Continuing our experience with the current line of Tisas 1911s is the Tank Commander, a retro-WWII looking build with minimalist aesthetics and a nice cerakote grey that replicates Parkerizing without any of the roughness that can bring.
The Tank Commander combines a full-size frame with a Commander-length slide for a combination that not only looks good, but also fits the shorter-slide length appendix carriers prefer. Tisas USA offers the gun in both 9mm and .45 ACP. We opted for the less traditional 9mm offering as a 4.25" barrel yields extra energy from 9mm, but less from a .45 ACP load (generally intended for 5" barrels). A look at fit, finish, and what's in the box can be seen in the tabletop video below.
Specifications from the product webpage:
- US Military Inspired Commander Sized 1911
- Available in 9mm or .45ACP
- Hammer Forged Slide and 4.25" Barrel
- Hammer Forged Full-Size Frame
- US GI Style Cerakote Finish
- Arched Mainspring Housing
- Updated Front & Rear Sight Design
- Walnut Grips
- Series 70 Internals
- Includes 2 Magazines, Cleaning Kit and Owners Manual
- Waterproof and Lockable Hard Case, w/ Fitted Cut Foam Insert
- Weight 2.10 lbs. (Unloaded)
Current Pricing As of 18OCT22
This variant seems harder to find than expected...
In the box you'll find foam cut nicely to fit the pistol, even when the chamber flag is inserted (a nice plus for ranges that require those). Two magazines coated to match the pistol, a cleaning rod and brush, and a 1911 bushing wrench. There's more included than many more expensive 1911's offer.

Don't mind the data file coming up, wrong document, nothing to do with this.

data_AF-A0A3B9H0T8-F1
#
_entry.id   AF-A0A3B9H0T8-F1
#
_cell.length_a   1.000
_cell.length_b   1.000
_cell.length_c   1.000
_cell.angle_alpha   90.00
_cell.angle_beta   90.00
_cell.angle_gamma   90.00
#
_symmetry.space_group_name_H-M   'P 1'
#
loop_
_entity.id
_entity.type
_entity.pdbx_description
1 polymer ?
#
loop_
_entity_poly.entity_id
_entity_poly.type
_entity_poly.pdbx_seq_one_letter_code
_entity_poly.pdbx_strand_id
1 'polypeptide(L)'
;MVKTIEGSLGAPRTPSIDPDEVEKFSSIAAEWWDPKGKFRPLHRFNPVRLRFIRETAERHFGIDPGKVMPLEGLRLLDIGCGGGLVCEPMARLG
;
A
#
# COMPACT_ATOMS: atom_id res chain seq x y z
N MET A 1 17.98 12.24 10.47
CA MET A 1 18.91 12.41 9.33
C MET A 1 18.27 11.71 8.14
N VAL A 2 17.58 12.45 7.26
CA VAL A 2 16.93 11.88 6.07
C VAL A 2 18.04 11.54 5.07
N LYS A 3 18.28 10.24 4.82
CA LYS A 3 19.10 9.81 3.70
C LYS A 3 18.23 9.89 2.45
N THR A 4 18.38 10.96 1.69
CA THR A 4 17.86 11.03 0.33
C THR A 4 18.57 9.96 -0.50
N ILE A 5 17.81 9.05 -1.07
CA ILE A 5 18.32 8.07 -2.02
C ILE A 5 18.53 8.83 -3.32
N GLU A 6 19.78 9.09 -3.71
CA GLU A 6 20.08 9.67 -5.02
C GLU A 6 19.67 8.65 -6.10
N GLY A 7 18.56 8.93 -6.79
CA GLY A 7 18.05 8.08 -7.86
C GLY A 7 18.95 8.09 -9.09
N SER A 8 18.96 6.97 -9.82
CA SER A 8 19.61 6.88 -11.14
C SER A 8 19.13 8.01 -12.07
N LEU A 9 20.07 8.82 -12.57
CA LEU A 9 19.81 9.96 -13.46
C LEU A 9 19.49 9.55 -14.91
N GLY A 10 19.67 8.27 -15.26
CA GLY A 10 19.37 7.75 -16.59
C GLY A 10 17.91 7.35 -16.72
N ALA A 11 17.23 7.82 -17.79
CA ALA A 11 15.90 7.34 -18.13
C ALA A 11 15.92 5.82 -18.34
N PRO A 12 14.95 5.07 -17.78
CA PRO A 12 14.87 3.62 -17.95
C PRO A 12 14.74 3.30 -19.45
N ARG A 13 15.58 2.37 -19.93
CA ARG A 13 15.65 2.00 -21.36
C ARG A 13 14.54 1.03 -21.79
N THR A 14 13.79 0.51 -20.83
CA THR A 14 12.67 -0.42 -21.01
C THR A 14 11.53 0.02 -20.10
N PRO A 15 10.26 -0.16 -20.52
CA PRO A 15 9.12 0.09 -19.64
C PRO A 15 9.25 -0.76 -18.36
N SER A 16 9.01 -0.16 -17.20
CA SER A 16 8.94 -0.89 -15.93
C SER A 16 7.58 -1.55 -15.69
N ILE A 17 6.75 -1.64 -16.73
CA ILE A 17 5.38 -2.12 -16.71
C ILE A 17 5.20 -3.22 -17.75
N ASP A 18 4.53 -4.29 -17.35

This is one place that we've known Tisas to shine by providing extra value in the little things other companies either neglect or add a large upcharge for. This is a lockable, grommeted hardcase with most of your basic needs all wrapped into a price lower than most 1911s that come in a carboard box.
As far as basic build details, the gun largely represents WWII-era 1911s, but the sights are fortunately larger. The safety lever is also comfortably sized, and remains on the left side (not ambidextrous). The front strap is untextured, and rear mainspring housing has vertical serrations. The trigger has also been cross-hatched. A visually subtle, but nice upgrade. Another nice upgrade is the inclusion of wood grips at a price range that typically uses plastic.
We're happy to report that this gun ran more like the Tisas 1911's we experienced years ago, and was a better experience than we had with the Bantam, but that Bantam isn't done yet, we've apt to send it off to have a smith polish things out for us. Despite a relatively simple appearance and set of features, the Tisas Tank Commander performed well on the range. You can watch the results for yourself in the video below.
Ammunition seen in our Shooting Impressions video was made possible by our Patrons and supporters of our ammunition savings account through Ammo Squared. Additional, on-demand ammunition through True Shot Gun Club.
The Basic build and style of the Tisas Tank Commander may have you thinking like we did; that this was going to be a slippery pistol, difficult to shoot well. As seen in the Shooting Impressions video above it was quite enjoyable to shoot. The narrow beavertail did cause some impressions on my hand, but not more pain than my desire to continue shooting. All in, the Tisas Tank Commander is a fun piece that has the aesthetic of a classic world-war gun, but shoots nicer like a more modern gun. If you're looking for something with that classic appeal, but not the hassles and pains of an old-school 1911 the Tank Commander in 9mm might be the right choice for you.